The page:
Epsilon Delphini

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ε Delphini
Delphinus constellation map.svg
Red circle.svg
Location of ε Delphini (circled)
Observation data
Epoch J2000.0      Equinox J2000.0 (ICRS)
Constellation Delphinus
Right ascension 20h 33m 12.77192s[1]
Declination +11° 18′ 11.7412″[1]
Apparent magnitude (V) 4.03[2] (3.95−4.05)[3]
Spectral type B6 III[4]
U−B color index −0.46[2]
B−V color index −0.13[2]
Variable type suspected[3]
Radial velocity (Rv)−19.4±0.7[5] km/s
Proper motion (μ) RA: +11.96[1] mas/yr
Dec.: −28.97[1] mas/yr
Parallax (π)9.87 ± 0.21[1] mas
Distance330 ± 7 ly
(101 ± 2 pc)
Absolute magnitude (MV)−0.06[6]
Radius4.6[7] R
Luminosity676[8] L
Surface gravity (log g)3.71±0.09[9] cgs
Temperature13,614±15[7] K
Metallicity [Fe/H]+0.08±0.10[9] dex
Rotational velocity (v sin i)52±4[10] km/s
Other designations
Aldulfin, ε Del, 2 Del, BD+10° 4321, FK5 768, HD 195810, HIP 101421, HR 7852, SAO 106230[11]
Database references

Epsilon Delphini (ε Delphini, abbreviated Eps Del, ε Del), also named Aldulfin,[12] is a solitary,[13] blue-white hued star in the northern constellation of Delphinus. It is visible to the naked eye with an apparent visual magnitude of 4.03.[2] Based upon an annual parallax shift of 9.87 mas as seen from the Earth,[1] the system is located about 330 light-years from the Sun.

Proper names[edit]

ε Delphini (Latinised to Epsilon Delphini) is the star's Bayer designation.

The star bore the traditional Arabic name ðanab ad-dulfīn or Dzaneb al Delphin, which appeared in the catalogue of stars in the Calendarium of Al Achsasi Al Mouakket and which was translated into Latin as Cauda Delphini, meaning 'the dolphin's tail'.[14] In 2016, the IAU organized a Working Group on Star Names (WGSN)[15] to catalog and standardize proper names for stars. The WGSN approved the name Aldulfin for this star on 5 September 2017 and it is now so included in the List of IAU-approved Star Names.[12]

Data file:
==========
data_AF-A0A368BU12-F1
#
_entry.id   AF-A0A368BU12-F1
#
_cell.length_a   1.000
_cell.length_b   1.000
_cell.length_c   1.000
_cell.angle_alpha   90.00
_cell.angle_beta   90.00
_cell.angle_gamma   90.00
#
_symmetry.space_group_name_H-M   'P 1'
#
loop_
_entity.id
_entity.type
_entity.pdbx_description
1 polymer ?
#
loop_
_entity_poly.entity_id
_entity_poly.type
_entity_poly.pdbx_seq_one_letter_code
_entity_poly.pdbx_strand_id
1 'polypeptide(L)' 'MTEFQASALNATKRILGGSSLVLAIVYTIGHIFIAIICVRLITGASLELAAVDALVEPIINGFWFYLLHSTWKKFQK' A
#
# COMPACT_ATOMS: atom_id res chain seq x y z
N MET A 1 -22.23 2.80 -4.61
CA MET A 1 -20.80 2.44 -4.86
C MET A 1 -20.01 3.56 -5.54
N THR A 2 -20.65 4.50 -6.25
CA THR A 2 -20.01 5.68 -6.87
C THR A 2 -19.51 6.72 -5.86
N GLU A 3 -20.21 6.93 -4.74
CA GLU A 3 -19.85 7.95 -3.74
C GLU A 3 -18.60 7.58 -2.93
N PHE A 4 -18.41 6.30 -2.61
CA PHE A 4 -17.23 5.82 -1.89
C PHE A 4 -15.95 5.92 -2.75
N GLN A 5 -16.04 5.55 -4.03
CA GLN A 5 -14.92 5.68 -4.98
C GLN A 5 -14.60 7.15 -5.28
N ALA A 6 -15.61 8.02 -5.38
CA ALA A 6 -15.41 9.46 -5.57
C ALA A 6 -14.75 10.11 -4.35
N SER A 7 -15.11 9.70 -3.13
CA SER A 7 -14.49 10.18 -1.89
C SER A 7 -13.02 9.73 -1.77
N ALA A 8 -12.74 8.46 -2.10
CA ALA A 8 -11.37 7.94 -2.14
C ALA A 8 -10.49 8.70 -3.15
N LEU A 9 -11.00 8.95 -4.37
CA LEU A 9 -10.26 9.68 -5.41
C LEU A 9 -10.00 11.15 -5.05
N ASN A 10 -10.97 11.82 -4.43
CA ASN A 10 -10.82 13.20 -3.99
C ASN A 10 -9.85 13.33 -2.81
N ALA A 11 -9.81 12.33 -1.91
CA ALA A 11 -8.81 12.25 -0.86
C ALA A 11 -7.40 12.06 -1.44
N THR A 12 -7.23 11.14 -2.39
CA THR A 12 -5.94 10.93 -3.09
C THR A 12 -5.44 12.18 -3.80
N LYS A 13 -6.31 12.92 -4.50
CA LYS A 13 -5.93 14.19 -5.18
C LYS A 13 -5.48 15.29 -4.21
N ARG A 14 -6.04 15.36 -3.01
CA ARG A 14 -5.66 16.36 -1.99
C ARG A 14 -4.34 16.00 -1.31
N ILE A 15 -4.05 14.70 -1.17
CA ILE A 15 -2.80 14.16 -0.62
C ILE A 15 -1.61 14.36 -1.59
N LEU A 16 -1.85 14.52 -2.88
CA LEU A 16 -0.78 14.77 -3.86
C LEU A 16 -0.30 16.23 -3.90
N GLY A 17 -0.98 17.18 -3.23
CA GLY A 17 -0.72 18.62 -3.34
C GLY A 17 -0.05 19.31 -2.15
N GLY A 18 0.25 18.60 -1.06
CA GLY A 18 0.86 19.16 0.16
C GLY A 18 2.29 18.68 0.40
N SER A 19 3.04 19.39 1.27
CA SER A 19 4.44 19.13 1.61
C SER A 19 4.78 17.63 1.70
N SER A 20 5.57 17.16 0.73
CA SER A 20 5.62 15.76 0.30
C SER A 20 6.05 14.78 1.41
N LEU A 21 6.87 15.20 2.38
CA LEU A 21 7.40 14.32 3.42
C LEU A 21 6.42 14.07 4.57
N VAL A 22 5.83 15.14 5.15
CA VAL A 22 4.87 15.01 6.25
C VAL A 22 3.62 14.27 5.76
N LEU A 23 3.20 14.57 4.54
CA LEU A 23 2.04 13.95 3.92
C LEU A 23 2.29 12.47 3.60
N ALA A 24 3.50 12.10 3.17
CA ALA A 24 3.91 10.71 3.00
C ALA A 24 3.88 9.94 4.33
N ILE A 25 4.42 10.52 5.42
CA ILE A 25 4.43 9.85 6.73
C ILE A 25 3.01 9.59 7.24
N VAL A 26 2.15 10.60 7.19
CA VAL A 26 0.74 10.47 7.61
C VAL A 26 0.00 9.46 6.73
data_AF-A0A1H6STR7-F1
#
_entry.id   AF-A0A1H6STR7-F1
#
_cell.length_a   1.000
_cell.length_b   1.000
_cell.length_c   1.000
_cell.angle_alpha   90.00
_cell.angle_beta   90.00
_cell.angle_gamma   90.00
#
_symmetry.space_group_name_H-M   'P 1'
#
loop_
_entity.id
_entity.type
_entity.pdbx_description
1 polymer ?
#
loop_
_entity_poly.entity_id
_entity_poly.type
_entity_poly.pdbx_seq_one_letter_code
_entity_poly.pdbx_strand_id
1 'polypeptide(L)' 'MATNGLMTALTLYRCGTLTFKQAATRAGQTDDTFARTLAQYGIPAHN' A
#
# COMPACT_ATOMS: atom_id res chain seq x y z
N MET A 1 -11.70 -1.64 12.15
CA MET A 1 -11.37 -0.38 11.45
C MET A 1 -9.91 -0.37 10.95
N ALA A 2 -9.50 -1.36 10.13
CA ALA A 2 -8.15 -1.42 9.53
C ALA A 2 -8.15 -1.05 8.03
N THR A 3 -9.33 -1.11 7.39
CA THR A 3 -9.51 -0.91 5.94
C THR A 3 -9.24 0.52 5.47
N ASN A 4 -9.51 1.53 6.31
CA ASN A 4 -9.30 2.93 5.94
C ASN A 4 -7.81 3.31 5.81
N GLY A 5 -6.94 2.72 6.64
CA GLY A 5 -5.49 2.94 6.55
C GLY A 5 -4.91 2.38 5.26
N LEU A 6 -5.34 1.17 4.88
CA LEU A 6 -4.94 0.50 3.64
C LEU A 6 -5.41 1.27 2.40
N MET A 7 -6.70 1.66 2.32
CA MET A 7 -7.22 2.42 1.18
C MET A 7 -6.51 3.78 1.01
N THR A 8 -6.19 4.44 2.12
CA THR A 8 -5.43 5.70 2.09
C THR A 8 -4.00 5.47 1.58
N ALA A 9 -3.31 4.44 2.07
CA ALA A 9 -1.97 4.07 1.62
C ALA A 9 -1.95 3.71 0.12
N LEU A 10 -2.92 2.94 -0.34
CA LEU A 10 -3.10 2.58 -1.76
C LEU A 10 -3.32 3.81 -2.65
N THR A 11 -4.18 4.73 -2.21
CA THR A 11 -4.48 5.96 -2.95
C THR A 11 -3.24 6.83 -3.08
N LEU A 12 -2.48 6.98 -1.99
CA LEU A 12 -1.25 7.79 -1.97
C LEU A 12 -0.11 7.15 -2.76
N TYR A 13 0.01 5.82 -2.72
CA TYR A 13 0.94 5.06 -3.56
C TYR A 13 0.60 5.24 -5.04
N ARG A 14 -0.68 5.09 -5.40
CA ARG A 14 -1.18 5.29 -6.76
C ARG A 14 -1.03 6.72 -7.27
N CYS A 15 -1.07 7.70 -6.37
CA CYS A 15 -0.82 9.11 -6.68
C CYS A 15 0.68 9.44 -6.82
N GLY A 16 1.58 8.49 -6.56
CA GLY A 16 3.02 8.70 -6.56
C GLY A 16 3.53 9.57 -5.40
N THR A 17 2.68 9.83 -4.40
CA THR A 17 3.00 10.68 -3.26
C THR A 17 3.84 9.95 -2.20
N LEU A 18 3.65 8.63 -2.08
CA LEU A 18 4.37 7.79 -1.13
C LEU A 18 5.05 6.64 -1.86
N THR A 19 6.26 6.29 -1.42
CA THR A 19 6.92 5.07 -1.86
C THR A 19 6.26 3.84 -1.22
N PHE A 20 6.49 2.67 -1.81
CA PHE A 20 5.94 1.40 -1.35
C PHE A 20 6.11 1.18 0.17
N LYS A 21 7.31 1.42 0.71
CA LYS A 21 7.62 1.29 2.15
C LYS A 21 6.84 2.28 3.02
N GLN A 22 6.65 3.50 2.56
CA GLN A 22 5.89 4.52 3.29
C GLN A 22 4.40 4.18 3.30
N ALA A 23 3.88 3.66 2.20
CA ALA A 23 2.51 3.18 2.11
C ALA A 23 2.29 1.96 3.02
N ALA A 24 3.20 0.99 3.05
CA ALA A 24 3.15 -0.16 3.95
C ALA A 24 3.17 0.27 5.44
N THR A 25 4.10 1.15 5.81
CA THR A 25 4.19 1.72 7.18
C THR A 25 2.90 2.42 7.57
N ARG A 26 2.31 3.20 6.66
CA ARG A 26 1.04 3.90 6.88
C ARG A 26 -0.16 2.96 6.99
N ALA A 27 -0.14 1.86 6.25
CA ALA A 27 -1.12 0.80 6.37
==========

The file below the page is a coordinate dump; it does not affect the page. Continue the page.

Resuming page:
In Chinese, 敗瓜 (Bài Guā), meaning Rotten Gourd, refers to an asterism consisting of Epsilon Delphini, Eta Delphini, Theta Delphini, Iota Delphini and Kappa Delphini.[16] Consequently, Epsilon Delphini itself is known as 敗瓜一 (Bài Guā yī, English: the First Star of Rotten Gourd.).[17] From this Chinese name, the name Pae Chaou was formed.[18]


At Epsilon Delphini's distance, the visual magnitude is diminished by an extinction factor of 0.11 due to interstellar dust.[6] The star is moving closer to the Sun with a radial velocity of −19 km/s.[5]

This is a B-type giant star with a stellar classification of B6 III.[4] It has 4.6[7] times the Sun's radius and is radiating 676[8] times the solar luminosity from its photosphere at an effective temperature of 13,614 K.[7] The star may be slightly variable, occasionally brightening to magnitude 3.95.[3] It is spinning with a projected rotational velocity of 52 km/s.[10]


  1. ^ a b c d e f van Leeuwen, F. (2007), "Validation of the new Hipparcos reduction", Astronomy and Astrophysics, 474 (2): 653–664, arXiv:0708.1752, Bibcode:2007A&A...474..653V, doi:10.1051/0004-6361:20078357.